12. HarvardLaw92 says:

    @wr:

    He’s an armchair. This whole “statute of limitations” thing appears to be the talking point that is bouncing around the wingnut universe at present. He’s just regurgitating something he heard (and clearly does not understand).

    Someone should explain to our resident social disease that there is no applicable statute of limitations on congressional contempt citations – because they do not survive the end of the Congress which sought to impose them.

  13. James P says:

    That’s more than just a downvote Sparky. You’re not heeding your own counsel about not acknowledging “Trolls”. Try to be consistent. Nobody is going to take you seriously if you can’t follow your own directives.

    You allegedly attended law school and you don’t know what the statute of limitations is? If I believed you attended law school I’d counsel you to ask for a refund of the tuition you paid if they didn’t cover a concept as elementary as the statute of limitations.

    You’re right that the contempt citation will expire before President Walker’s term starts, but AG Giuliani can nail her for perjury and obstruction of justice. I don’t know what the statute of limitations is for those, but I’m betting it’s more than two years.

  14. HarvardLaw92 says:

    I’m loathe to dignify anything Syphilis has to say, but for the benefit of those watching who are not lawyers, “obstruction of justice” and “obstruction of Congress” are completely separate statutes.

    Asserting one’s 5th Amendment right against self-incrimination doesn’t constitute a violation either of them.

  15. al-Ameda says:

    @Paul L.:

    Nice to see Doug trying to use the progressive talking point that“ The DOJ and Federal courts has proven that there was no IRS targeting of the Tea Party.”

    It’s the responsibility of the IRS to audit organizations claiming tax-exempt status under the federal tax code.

    Are you saying that so-called Tea Party organizations should be exempt from IRS scrutiny? It my understanding that other non-profit organizations (NPO) were subject to the same scrutiny at that time (as they should be). I’ve worked in financial operations for an NPO in the past, and our NPO status was subject to review regularly. Why should Tea Party NPOs be any different?

  16. Ken says:

    @James P: Rudy Giuliani

    Look, dude. You’ve got to make up your mind.

    If you’re shooting for satire, you need to be , you know, funnier. If you’re actually trying to get people to take you even slightly seriously, you gotta start using less transparently stupid lines.

    When you spend all your time pretending to be stupid on the internet, it very quickly ceases to be pretending

  17. wr says:

    @HarvardLaw92: I’m still chuckling over the prospect of Giuliani’s hearing:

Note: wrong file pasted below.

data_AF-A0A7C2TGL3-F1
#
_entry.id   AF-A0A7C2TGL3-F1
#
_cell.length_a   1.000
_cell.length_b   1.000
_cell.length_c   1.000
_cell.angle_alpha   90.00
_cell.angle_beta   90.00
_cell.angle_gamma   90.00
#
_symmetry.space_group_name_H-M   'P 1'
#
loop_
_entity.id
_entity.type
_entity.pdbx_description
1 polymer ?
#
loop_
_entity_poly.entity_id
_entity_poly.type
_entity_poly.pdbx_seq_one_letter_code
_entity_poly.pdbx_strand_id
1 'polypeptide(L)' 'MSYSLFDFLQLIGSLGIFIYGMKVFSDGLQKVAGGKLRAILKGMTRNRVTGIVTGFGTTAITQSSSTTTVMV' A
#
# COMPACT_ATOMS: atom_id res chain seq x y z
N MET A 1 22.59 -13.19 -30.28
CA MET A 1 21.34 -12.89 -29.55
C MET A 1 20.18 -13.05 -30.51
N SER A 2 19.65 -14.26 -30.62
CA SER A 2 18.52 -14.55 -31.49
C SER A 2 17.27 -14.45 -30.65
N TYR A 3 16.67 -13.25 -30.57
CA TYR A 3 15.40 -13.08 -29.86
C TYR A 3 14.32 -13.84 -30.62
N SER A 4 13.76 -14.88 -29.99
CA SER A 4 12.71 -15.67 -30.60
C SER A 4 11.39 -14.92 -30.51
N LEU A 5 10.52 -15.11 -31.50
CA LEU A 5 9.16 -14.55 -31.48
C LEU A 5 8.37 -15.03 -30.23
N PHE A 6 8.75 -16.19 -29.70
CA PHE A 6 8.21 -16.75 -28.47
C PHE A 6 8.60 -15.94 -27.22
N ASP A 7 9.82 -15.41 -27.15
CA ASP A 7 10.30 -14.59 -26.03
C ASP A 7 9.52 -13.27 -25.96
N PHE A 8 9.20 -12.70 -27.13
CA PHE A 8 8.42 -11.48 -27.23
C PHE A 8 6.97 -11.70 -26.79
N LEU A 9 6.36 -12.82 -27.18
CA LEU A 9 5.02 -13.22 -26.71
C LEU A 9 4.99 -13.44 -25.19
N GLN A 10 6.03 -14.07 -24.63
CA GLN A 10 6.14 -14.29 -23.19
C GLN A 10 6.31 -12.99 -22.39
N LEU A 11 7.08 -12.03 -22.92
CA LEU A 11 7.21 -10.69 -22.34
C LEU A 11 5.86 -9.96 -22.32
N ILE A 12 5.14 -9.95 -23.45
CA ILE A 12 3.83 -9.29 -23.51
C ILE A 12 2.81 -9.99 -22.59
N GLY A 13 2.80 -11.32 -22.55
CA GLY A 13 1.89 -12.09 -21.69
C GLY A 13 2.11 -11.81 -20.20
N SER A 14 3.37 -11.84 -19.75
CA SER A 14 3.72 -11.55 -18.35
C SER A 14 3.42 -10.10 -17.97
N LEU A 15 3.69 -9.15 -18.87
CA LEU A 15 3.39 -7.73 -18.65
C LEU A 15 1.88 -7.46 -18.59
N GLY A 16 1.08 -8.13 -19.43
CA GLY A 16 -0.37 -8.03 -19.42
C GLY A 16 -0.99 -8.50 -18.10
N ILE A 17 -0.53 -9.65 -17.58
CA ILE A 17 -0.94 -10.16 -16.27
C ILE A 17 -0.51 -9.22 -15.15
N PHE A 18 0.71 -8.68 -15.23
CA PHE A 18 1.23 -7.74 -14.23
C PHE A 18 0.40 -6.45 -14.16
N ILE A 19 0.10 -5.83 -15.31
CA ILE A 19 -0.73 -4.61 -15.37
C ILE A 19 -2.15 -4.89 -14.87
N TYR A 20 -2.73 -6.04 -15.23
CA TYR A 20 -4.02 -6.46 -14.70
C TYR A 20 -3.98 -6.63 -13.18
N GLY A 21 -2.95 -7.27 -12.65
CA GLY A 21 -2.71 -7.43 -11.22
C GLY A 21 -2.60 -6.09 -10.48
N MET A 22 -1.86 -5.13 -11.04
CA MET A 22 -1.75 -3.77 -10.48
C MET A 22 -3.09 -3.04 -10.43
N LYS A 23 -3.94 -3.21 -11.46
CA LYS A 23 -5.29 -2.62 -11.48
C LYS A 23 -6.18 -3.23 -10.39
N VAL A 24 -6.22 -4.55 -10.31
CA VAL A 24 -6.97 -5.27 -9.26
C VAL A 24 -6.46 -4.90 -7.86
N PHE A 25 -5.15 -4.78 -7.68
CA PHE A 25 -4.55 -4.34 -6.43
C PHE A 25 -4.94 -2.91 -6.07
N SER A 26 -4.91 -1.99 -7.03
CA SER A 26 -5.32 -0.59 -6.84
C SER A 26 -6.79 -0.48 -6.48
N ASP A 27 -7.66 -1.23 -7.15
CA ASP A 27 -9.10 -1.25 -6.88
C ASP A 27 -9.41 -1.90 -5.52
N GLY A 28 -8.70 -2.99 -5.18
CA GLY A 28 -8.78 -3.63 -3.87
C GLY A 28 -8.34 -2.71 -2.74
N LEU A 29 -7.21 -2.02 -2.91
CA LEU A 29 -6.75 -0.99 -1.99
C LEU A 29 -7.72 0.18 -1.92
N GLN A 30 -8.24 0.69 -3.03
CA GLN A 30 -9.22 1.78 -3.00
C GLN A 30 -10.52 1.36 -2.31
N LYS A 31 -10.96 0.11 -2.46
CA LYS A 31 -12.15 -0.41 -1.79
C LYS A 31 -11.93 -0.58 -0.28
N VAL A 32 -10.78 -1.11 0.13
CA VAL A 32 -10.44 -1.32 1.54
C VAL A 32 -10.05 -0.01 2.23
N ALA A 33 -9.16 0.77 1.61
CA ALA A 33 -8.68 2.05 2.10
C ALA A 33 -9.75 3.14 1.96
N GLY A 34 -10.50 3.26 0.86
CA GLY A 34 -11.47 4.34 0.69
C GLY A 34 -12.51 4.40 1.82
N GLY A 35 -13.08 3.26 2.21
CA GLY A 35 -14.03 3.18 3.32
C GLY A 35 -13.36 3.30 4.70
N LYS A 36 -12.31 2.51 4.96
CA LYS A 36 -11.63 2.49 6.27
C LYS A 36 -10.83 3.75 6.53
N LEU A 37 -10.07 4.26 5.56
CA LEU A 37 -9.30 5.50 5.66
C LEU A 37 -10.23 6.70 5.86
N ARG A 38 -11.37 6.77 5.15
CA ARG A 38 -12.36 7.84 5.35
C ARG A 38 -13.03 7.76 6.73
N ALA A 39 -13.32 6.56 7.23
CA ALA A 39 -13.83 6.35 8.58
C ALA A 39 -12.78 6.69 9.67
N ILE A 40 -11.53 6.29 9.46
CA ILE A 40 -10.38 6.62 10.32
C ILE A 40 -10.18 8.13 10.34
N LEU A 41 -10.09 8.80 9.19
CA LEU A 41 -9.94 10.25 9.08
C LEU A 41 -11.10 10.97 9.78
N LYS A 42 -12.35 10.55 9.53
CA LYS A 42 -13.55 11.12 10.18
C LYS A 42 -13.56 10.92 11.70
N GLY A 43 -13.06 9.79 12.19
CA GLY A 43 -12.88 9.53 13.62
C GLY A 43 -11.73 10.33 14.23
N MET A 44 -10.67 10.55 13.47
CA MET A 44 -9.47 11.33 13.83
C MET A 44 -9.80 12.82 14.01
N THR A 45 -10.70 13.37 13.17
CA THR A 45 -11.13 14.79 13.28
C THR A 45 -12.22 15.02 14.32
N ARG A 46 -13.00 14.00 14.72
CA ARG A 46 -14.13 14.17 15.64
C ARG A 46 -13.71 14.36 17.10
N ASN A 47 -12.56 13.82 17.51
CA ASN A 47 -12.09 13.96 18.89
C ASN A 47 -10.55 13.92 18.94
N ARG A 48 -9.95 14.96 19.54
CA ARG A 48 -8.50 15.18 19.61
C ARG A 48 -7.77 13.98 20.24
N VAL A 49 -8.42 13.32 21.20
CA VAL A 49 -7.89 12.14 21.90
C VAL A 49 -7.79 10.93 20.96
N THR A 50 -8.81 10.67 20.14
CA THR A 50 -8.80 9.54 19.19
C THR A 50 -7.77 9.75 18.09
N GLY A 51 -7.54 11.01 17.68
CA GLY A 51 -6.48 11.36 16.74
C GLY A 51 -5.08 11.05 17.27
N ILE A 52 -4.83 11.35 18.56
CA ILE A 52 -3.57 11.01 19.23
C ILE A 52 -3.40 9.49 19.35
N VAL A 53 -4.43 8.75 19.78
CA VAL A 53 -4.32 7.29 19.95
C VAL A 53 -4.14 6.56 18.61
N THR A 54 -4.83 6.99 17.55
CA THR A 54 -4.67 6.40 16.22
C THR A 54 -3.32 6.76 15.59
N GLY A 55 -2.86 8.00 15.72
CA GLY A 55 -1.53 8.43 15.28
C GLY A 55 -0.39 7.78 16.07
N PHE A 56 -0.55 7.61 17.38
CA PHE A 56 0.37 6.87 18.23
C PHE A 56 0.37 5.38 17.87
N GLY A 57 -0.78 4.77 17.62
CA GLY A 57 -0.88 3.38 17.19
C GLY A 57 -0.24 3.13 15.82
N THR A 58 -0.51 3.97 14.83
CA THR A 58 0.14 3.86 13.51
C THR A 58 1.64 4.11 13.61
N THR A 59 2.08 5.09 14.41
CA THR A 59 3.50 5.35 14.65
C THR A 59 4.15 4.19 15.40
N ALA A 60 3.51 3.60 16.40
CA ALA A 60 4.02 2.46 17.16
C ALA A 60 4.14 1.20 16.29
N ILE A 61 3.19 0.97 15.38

Q: “Mr. Mayor, could you explain exactly why you insisted in siting the emergency management center in obvious terrorist target the World Trade Center? Could you explain why you continually used it as a love nest to cheat on your wife with your girlfriend?”

  18. grumpy realist says:

    Maybe the troll will now pretend to have gone to law school!

    (Maybe troll should get back to doing its homework before it flunks out of high school….)

  19. Tillman says:

    @al-Ameda: Don’t bother. That sort of question (and its answer) unraveled the faux-scandal this was a year or so ago. How old is this one again? People honestly asked your question, got honest answers, and declared this a “meh.”

  20. wr says:

    @al-Ameda: “Are you saying that so-called Tea Party organizations should be exempt from IRS scrutiny? ”

    Of course! Because otherwise their feelings might get hurt. And as Mike Pence keeps trying to explain, there is nothing more important in America than not letting right wingers’ feeling get hurt, even if it means passing blatantly discriminatory laws.

  21. george says:

    @James P:

    The statute of limitations will not have expired when AG Rudy Giuliani takes the oath of office in 22 months. Rudy can crush this perjurer. I hope he puts the full weight of the Justice Department into prosecuting Lois Lerner for her criminal actions.

    Even if it happens that he becomes AG (that’s a long shot even if the GOP wins the election), the chances of him prosecuting any of the old Democratic admin is the same as were the Democratic chances of prosecuting the old Republican admin (remember the hopes that Bush and company would be tried for war crimes) – that is zero.

    Neither party wants to start the tit-for-tat that would follow. Everyone leaves power sooner or later, and none of them, on either side, want to be prosecuted afterwards for any of their decisions.

    Shorter version: dream on.

  22. HarvardLaw92 says:

    @grumpy realist:

    I blame it on Law & Order. The audience now knows just enough litigious sounding terms to make themselves look like complete morons when they attempt to use them in a sentence.

  23. PT says:

    @HarvardLaw92:

    I have a new theory… I think “it” is the conservative sock puppet Michael Reynolds has been threatening for so long. I mean, the avatar is so hilariously absurd, it can’t possibly be serious. Can it?

  24. grumpy realist says:

    @HarvardLaw92: Ditto for science and CSI.

  25. grumpy realist says:

    @PT: Sadly, trolls really are that dumb and obnoxious. I guess trolling gives them something to do while they wait around to drop out of college and get used to a lifetime of saying “would you like fries with that?”

  26. James P says:

    @HarvardLaw92: Wiping her hard drive clean most certainly is obstruction of justice ————-that is what I was referencing.

  27. David M says:

    The game was up as soon as the GOP declined to give her immunity in exchange for her testimony. If they really thought this scandal originated at the White House and there was someone higher up to go after, then the immunity deal would be made. As it stands now, it’s pretty clear evidence the GOP thinks the “scandal” isn’t worth investigating any further or would only implicate Lerner and then end. Of course they won’t stop whining that it was a real scandal, and making ridiculous complaints about “Weaponizing the IRS”.